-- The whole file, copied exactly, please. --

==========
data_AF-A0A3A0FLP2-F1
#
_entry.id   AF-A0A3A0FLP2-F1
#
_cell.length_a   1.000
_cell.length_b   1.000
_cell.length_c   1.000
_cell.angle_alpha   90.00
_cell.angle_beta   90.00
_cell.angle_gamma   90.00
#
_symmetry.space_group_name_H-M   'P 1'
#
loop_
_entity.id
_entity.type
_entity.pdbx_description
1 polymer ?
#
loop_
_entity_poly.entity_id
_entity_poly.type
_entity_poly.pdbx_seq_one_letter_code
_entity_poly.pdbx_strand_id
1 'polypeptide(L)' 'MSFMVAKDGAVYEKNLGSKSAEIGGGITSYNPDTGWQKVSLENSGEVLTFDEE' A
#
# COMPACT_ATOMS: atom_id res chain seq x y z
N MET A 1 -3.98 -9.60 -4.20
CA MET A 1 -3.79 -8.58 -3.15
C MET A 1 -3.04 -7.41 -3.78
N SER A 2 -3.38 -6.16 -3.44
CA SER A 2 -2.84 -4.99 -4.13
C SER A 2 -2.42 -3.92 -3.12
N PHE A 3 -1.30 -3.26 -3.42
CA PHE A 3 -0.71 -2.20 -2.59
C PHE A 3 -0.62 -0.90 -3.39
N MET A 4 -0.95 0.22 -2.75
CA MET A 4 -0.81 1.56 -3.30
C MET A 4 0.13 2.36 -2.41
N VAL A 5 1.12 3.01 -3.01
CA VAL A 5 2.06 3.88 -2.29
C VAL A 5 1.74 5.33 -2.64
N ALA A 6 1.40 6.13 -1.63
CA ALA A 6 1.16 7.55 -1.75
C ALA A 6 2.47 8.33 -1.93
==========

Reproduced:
data_AF-A0A3A0FLP2-F1
#
_entry.id   AF-A0A3A0FLP2-F1
#
_cell.length_a   1.000
_cell.length_b   1.000
_cell.length_c   1.000
_cell.angle_alpha   90.00
_cell.angle_beta   90.00
_cell.angle_gamma   90.00
#
_symmetry.space_group_name_H-M   'P 1'
#
loop_
_entity.id
_entity.type
_entity.pdbx_description
1 polymer ?
#
loop_
_entity_poly.entity_id
_entity_poly.type
_entity_poly.pdbx_seq_one_letter_code
_entity_poly.pdbx_strand_id
1 'polypeptide(L)' 'MSFMVAKDGAVYEKNLGSKSAEIGGGITSYNPDTGWQKVSLENSGEVLTFDEE' A
#
# COMPACT_ATOMS: atom_id res chain seq x y z
N MET A 1 -3.98 -9.60 -4.20
CA MET A 1 -3.79 -8.58 -3.15
C MET A 1 -3.04 -7.41 -3.78
N SER A 2 -3.38 -6.16 -3.44
CA SER A 2 -2.84 -4.99 -4.13
C SER A 2 -2.42 -3.92 -3.12
N PHE A 3 -1.30 -3.26 -3.42
CA PHE A 3 -0.71 -2.20 -2.59
C PHE A 3 -0.62 -0.90 -3.39
N MET A 4 -0.95 0.22 -2.75
CA MET A 4 -0.81 1.56 -3.30
C MET A 4 0.13 2.36 -2.41
N VAL A 5 1.12 3.01 -3.01
CA VAL A 5 2.06 3.88 -2.29
C VAL A 5 1.74 5.33 -2.64
N ALA A 6 1.40 6.13 -1.63
CA ALA A 6 1.16 7.55 -1.75
C ALA A 6 2.47 8.33 -1.93